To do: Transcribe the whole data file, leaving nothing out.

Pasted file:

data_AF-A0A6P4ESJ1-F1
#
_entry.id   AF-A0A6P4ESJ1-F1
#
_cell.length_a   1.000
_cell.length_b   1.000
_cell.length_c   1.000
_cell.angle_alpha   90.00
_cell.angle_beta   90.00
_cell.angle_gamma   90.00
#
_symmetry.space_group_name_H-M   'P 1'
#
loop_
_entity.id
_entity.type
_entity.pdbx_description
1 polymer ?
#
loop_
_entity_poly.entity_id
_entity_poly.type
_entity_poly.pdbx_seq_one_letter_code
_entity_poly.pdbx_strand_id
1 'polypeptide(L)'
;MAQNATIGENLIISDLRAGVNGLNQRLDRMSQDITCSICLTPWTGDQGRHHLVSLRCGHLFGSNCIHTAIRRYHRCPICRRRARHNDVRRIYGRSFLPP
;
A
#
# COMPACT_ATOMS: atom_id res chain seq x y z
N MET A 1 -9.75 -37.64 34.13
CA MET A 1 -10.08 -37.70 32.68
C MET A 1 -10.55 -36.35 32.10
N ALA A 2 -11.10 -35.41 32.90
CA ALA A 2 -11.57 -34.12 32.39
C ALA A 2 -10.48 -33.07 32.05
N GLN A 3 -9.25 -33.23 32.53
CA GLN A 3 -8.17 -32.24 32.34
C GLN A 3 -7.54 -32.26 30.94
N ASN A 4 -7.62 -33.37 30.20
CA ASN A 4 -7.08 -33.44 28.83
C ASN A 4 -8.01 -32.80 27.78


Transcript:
data_AF-A0A6P4ESJ1-F1
#
_entry.id   AF-A0A6P4ESJ1-F1
#
_cell.length_a   1.000
_cell.length_b   1.000
_cell.length_c   1.000
_cell.angle_alpha   90.00
_cell.angle_beta   90.00
_cell.angle_gamma   90.00
#
_symmetry.space_group_name_H-M   'P 1'
#
loop_
_entity.id
_entity.type
_entity.pdbx_description
1 polymer ?
#
loop_
_entity_poly.entity_id
_entity_poly.type
_entity_poly.pdbx_seq_one_letter_code
_entity_poly.pdbx_strand_id
1 'polypeptide(L)'
;MAQNATIGENLIISDLRAGVNGLNQRLDRMSQDITCSICLTPWTGDQGRHHLVSLRCGHLFGSNCIHTAIRRYHRCPICRRRARHNDVRRIYGRSFLPP
;
A
#
# COMPACT_ATOMS: atom_id res chain seq x y z
N MET A 1 -9.75 -37.64 34.13
CA MET A 1 -10.08 -37.70 32.68
C MET A 1 -10.55 -36.35 32.10
N ALA A 2 -11.10 -35.41 32.90
CA ALA A 2 -11.57 -34.12 32.39
C ALA A 2 -10.48 -33.07 32.05
N GLN A 3 -9.25 -33.23 32.53
CA GLN A 3 -8.17 -32.24 32.34
C GLN A 3 -7.54 -32.26 30.94
N ASN A 4 -7.62 -33.37 30.20
CA ASN A 4 -7.08 -33.44 28.83
C ASN A 4 -8.01 -32.80 27.78